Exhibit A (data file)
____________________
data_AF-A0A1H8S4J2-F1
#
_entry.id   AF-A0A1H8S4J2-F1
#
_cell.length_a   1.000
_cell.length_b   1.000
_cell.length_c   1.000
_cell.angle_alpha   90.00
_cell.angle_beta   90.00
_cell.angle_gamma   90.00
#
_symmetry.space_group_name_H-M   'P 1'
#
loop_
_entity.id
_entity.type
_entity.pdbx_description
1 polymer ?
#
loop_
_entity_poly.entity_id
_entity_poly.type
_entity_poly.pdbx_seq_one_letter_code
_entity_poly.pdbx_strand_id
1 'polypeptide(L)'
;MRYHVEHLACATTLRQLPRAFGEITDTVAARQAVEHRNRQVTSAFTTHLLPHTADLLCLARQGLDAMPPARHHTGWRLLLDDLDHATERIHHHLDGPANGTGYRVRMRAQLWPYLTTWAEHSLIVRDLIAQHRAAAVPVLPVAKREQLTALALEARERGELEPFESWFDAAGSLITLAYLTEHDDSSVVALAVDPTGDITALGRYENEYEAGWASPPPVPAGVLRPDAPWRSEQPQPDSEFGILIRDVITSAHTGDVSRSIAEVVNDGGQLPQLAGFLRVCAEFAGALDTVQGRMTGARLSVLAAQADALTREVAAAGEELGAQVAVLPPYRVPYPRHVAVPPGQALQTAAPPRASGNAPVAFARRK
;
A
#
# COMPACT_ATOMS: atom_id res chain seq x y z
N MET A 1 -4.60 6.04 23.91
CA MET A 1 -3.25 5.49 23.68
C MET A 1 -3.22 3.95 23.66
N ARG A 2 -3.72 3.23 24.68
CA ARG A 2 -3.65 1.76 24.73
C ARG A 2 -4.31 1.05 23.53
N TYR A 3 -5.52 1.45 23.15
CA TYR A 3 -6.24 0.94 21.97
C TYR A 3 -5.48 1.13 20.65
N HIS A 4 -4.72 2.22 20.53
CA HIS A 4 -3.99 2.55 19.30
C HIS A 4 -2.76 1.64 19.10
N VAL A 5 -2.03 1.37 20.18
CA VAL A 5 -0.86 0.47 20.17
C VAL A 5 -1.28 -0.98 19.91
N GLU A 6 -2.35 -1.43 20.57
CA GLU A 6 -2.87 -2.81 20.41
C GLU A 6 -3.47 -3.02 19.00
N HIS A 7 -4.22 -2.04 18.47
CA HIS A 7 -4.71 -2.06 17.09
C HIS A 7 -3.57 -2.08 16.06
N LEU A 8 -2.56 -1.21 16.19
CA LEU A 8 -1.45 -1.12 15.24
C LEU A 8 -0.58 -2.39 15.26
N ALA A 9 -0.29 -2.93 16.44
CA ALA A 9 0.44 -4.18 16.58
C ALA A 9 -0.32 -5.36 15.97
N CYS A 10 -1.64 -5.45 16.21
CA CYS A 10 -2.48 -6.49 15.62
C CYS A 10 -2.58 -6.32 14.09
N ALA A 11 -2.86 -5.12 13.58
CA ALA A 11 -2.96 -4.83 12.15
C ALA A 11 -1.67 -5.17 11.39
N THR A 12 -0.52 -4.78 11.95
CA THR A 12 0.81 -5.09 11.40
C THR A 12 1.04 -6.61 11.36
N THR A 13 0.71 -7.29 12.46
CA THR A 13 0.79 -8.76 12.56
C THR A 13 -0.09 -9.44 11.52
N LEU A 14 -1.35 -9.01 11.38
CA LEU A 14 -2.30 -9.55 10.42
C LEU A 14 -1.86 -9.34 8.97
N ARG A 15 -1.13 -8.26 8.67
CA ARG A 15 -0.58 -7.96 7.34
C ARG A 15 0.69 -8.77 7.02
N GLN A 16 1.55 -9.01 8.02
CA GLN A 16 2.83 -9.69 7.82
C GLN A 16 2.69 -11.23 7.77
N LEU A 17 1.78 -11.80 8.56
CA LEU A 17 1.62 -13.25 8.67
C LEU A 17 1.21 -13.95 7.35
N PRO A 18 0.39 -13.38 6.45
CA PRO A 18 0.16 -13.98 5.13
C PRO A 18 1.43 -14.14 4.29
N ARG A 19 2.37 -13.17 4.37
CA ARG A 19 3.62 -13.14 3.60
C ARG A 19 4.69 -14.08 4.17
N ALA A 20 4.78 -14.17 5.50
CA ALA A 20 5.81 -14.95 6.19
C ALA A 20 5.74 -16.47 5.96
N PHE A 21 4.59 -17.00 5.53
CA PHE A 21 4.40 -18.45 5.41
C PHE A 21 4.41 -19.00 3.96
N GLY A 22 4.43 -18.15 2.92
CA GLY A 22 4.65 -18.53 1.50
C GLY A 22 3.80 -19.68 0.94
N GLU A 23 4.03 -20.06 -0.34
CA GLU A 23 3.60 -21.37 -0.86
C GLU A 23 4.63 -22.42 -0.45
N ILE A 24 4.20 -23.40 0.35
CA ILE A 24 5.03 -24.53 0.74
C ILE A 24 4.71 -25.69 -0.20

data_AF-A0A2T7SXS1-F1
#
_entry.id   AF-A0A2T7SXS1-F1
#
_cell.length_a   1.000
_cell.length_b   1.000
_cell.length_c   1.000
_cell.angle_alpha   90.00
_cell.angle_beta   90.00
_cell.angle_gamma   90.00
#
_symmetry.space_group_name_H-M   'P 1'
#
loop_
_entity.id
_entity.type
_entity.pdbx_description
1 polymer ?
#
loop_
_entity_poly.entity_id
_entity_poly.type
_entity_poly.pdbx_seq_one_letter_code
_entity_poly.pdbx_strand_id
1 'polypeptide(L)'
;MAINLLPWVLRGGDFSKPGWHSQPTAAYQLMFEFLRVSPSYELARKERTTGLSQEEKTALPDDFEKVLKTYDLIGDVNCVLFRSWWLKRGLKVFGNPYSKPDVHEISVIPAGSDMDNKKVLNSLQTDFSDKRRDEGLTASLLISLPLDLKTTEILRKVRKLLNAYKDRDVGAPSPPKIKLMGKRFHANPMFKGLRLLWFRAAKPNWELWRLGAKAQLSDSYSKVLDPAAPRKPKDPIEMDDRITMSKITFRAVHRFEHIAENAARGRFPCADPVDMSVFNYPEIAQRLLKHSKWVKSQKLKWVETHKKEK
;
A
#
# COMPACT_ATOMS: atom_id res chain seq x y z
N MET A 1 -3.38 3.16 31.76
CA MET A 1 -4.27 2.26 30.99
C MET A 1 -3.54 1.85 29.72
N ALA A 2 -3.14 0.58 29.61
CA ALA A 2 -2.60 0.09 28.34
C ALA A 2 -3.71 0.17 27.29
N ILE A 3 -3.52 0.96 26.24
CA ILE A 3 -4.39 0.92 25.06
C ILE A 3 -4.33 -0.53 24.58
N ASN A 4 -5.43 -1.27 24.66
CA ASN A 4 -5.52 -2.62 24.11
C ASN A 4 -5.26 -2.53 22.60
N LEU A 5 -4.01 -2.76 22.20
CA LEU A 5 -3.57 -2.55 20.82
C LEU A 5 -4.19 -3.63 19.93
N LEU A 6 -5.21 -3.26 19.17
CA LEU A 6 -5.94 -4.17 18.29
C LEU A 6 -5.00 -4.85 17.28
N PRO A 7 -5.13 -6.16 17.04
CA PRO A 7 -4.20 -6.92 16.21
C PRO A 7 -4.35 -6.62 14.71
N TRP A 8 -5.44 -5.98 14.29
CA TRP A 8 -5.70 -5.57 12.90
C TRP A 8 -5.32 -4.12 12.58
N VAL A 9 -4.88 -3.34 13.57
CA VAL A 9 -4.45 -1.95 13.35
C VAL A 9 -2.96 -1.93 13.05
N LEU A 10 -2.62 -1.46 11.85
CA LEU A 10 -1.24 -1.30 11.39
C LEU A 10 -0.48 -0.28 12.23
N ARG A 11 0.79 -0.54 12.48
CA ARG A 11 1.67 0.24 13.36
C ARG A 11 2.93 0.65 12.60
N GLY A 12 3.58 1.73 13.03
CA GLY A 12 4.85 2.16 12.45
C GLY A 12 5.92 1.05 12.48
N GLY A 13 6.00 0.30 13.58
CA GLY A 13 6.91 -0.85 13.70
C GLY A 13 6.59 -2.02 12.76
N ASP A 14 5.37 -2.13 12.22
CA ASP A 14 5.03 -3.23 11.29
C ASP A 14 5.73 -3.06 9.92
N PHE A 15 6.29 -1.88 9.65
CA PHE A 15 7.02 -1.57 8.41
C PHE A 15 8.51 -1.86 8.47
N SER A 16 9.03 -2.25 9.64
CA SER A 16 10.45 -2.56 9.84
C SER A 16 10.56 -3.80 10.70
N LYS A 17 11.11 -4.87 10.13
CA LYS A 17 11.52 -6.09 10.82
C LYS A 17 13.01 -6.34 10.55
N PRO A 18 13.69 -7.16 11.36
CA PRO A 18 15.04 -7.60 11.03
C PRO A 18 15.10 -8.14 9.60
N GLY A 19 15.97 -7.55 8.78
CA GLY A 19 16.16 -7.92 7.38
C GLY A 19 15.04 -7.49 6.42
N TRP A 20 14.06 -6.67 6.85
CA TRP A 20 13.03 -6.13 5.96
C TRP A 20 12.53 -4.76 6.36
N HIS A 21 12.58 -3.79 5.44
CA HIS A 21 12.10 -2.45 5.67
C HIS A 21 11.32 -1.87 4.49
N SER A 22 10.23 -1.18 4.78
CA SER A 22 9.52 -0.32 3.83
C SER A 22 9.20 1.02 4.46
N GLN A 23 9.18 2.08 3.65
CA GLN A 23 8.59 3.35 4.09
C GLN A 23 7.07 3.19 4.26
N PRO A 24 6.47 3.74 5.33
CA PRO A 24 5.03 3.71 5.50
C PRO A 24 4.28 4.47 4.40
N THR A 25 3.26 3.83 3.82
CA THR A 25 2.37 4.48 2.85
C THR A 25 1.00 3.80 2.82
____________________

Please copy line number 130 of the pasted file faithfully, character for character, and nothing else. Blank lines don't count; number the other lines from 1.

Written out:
A